I had a late checkout at 1:00, and cabbed it six or so miles down the road to the Adolphus Hotel, where I met my friend Irene's sister.
We had a delightful lunch at the bistro in the hotel. I had "Buffalo Mozzarella with Tomatoes and Grilled Chicken Breasts." Absolutely delicious.
Though off to a rough start, we had great lunch conversation the rest of the time. It started off roughly, not between Susan and me, but between Susan and the waitress.
It's a French place, and she (the waitress) was obviously French with a name like Petrà or some such nonsense. Should have been Petulance (pronounced "peh-shoo-lawnce" of course) in my opinion.
Peshi: "The soup du jour is New England Clam Chowder."
Susan: "Is that the red or the white?"
Susan said this as a joke in reference to:
Ace Ventura, Pet Detective (1994),
|On the trail of Snowflake, the kidnapped Superbowl dolphin, Ace (Jim Carrey) finds his way to a Death Metal Band club. Picking his way through the mosh pit, Ace bounds down some concrete stairs and hammers on a red door. "What's the password?' yells someone. "New England Clam Chowder!" shouts Ace. "Is that the red or the white?" "Ah, I can never remember that. White?" And the door opens to reveal his friend Woodstock (Raynor Scheine), a computer hippy fish specialist who punches a couple keystrokes and gives Ace his first real lead.|
Right after she said it, Susan said laughing and waving her hand, "I'm only kidding. It's a reference to a movie scene. You had to be there."
Peshi, not laughing, "I guess you did, 'cause it's not funny."
Susan, "Woah-ho, there goes your tip."
"rien, c'est tout, finis," I thought in succession.
We just hung out in the hotel this afternoon. I checked in with Robert on AIM, talked to nappy for a while, and we just generally relaxed listening to a lot of Motown on the iPod.
Okay, I need some help with this one. This is the final line of a news article on wral.com today:
"So because most Korean pastors are Korean, they understand Korean culture better than American pastors."
How exactly could a Korean pastor not be Korean? I mean if he wasn't a Korean, how could he be a Korean pastor? I must be missing something.
Though it isn't stated on their web site anywhere, this hotel has a "dress code," which for anyone who knows me doesn't sit well with me. I am a shorts and t-shirt kind-of-guy—year-round.
In the evenings, I would peep out of the elevator door, look both ways for the fashion police,
and then sneak down the escalator and out the door.
We cabbed down to Cedar Springs Road by the Round-Up Saloon, which was our final destination.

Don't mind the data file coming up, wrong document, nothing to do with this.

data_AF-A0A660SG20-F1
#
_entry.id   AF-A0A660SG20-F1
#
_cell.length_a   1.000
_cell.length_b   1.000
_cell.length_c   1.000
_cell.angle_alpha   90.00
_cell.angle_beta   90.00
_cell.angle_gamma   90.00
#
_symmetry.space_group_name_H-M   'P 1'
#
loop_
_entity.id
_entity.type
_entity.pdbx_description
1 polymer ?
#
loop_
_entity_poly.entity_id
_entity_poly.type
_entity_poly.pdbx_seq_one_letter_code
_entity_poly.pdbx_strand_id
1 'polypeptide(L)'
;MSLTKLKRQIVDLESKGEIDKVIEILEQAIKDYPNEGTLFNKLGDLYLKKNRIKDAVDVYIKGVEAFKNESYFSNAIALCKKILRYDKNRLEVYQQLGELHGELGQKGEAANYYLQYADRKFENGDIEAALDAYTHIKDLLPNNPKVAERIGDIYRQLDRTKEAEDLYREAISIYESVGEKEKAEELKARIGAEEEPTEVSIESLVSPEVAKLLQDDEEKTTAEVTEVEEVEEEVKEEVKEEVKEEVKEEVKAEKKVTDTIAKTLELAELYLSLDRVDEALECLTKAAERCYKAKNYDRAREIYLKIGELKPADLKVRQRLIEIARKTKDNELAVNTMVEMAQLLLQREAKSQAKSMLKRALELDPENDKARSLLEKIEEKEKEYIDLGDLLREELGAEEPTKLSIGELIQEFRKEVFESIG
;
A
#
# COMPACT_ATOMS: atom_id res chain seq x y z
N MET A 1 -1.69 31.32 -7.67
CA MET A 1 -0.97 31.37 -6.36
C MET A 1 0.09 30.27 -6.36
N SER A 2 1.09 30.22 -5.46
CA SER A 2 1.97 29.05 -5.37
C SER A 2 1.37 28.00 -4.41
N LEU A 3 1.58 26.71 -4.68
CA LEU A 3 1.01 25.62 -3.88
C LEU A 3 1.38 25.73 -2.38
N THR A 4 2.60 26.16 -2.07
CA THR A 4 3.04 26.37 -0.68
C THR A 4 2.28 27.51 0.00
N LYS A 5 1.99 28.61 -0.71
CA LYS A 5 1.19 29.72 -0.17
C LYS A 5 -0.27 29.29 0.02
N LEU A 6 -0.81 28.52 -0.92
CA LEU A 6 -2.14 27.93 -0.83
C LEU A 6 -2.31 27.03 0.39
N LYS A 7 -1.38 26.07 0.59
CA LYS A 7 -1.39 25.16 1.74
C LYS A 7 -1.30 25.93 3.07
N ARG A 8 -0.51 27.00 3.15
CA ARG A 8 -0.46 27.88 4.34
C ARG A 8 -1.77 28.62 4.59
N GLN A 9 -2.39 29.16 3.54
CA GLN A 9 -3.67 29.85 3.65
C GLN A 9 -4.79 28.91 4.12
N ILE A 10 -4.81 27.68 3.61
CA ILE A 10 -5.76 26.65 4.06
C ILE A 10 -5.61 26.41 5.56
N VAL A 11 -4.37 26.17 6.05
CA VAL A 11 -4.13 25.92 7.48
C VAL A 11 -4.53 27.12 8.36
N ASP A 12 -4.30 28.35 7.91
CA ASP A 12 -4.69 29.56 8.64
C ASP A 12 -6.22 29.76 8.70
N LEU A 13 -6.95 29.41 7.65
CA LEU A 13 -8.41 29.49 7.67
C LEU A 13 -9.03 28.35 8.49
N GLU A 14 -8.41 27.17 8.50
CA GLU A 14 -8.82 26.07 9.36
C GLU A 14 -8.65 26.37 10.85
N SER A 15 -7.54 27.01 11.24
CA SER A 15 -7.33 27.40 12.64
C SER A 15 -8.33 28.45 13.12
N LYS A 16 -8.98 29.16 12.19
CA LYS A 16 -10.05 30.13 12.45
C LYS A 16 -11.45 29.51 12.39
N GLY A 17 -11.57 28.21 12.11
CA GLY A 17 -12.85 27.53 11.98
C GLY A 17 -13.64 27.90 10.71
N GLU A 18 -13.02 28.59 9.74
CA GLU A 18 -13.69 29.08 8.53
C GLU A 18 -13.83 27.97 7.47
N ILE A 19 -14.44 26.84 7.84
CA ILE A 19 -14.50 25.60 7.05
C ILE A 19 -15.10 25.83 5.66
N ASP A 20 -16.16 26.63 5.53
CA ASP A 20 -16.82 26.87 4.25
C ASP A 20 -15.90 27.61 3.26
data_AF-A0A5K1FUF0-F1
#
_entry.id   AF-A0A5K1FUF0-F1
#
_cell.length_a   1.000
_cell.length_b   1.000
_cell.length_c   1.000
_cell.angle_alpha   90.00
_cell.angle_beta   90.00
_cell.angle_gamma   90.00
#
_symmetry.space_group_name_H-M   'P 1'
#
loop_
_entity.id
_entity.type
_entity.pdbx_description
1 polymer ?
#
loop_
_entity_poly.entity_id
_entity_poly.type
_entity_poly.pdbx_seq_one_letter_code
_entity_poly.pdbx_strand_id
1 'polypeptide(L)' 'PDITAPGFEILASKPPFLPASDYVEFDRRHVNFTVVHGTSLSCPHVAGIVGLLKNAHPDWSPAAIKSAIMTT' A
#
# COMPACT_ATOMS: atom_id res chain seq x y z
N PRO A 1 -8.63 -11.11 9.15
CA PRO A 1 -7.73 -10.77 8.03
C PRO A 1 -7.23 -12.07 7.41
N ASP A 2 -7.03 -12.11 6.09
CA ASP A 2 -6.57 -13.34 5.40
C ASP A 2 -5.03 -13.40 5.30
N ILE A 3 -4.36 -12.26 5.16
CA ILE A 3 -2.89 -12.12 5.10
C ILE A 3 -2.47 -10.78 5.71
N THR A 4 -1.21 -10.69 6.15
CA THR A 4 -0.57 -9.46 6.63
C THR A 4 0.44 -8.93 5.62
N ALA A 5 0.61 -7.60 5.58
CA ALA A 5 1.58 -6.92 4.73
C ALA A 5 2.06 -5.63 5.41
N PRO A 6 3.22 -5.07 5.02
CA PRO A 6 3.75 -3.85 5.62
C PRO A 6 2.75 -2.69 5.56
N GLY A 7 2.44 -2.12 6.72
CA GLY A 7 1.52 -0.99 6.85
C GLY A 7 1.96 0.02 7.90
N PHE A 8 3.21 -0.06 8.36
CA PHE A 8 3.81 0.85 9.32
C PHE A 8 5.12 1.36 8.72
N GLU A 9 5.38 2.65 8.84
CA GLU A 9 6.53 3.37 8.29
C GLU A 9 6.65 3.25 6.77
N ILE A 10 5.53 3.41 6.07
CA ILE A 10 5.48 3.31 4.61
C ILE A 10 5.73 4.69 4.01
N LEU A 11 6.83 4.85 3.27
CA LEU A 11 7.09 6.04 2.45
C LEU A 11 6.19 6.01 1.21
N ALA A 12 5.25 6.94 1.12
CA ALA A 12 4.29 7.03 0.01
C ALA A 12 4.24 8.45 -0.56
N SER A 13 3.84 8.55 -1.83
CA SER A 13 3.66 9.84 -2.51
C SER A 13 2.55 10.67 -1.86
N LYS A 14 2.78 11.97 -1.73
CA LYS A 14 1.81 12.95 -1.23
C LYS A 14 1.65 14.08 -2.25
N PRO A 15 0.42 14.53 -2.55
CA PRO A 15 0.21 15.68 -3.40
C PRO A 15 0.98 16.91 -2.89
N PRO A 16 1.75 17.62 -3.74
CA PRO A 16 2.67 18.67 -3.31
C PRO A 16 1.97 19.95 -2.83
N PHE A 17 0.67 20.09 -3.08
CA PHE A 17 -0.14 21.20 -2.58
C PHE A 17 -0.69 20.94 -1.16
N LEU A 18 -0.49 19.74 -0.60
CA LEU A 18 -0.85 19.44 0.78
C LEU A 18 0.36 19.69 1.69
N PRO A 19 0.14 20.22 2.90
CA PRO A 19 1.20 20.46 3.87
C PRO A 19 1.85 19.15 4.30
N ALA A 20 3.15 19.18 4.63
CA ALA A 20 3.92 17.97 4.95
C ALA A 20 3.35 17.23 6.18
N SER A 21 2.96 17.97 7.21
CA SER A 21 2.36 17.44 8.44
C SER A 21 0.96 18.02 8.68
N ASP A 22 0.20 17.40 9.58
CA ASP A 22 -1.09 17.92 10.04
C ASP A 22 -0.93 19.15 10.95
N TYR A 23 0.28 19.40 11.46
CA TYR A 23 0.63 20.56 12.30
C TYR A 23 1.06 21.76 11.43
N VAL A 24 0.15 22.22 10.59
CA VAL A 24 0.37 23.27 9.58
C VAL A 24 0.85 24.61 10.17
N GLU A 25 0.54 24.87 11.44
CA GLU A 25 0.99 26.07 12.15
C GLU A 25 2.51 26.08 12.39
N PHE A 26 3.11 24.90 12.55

We were delighted to find a couple of restaurants in the area, since we wanted to grab a bite before starting to drink. We chose The Bronx restaurant, which turned out to be a most excellent choice.
Susan had wine, I had a bourbon and Diet Coke, and we split an entrée that consisted of chicken (which was so tender and moist), mushrooms, spinach, artichokes, fettuccine pasta, and some garlic. Good stuff.
We crossed the street using the "runway crosswalk," the likes of which I've only ever seen in Laguna Beach.
I think having this kind of crosswalk in a "gay part of town" makes it way too tempting to traipse back and forth practicing one's catwalk. I'm just saying.
We were planning to enjoy the karaoke at the Round-Up this evening, but were delighted when we saw a sidewalk sign out front that said: "Tonight: Drag Pageant."
This turned out to be a few "booger drag" performances, followed by a few "real" drag queens modeling dresses and being judged.
Susan ordered the "house" white wine, which when she asked the bartender if it was decent stuff, he replied, "Well, it's not out of a box."
She tasted it, and I asked her, "Is it tolerable?"
"Well, I can't drink it all night, but it's okay." (Four hours and five glasses later, we'd be shooed out of the closing bar.)
The first thing Susan did was become fast friends with Robbie, who was just an adorable kid (who turned out to be 44), was Hispanic, and loved his family, particularly his mama. There's a surprise, a gay guy close to his mother.
Neither Susan nor I took to his boyfriend (didn't hate him, but didn't love him), as he seemed to have set some kind of personal goal to show off Robbie's (totally smooth, which didn't work for me) stomach at least once every ten minutes. Trophy husband.
The bartender's name was Glen, though we called him Chuck most of the evening, because at the beginning of the evening Susan told him that he looked like Chuck Norris.
"Someone else just said that to me this evening," he said when she first called him that.
He was a hunk of man, and stayed pretty low-key, in terms of karaoke anyway, most of the night. All of a sudden, maybe in the last hour, he takes the microphone and sings a song. OMG, looks good, and can sing!
I went to the bathroom one time, and in doing so crossed the other area of the bar where the drag pageant had been and was now deserted. Blaine Larsen's I Don't Know What She Said came on, and I went out on the huge dance floor, completely alone, and did Annie's Cha-Cha.
We started talking to a guy named "Braxton" who was there with a lady friend. We got his fag hag to take a picture of the three of us holding two huge blow-up bottles of some kind of alcohol between us. She, the fag hag, wasn't having any where near as much fun as we were.
The lights came on, those who were left in the bar scattered like roaches caught in the light, and I waited outside the ladies room door while Susan made a last-minute pit stop.
When she came out she told me that when she went in, this girl was in there, and after she sat down on the doorless potty, the girl came up to her and put out her hand and introduced herself to her.
Well (tinkle, tinkle), hello (tinkle, tinkle), nice to (tinkle, tinkle) meet you. How queer.
We cabbed it home, and I did the Pink Panther slither to the elevator doors.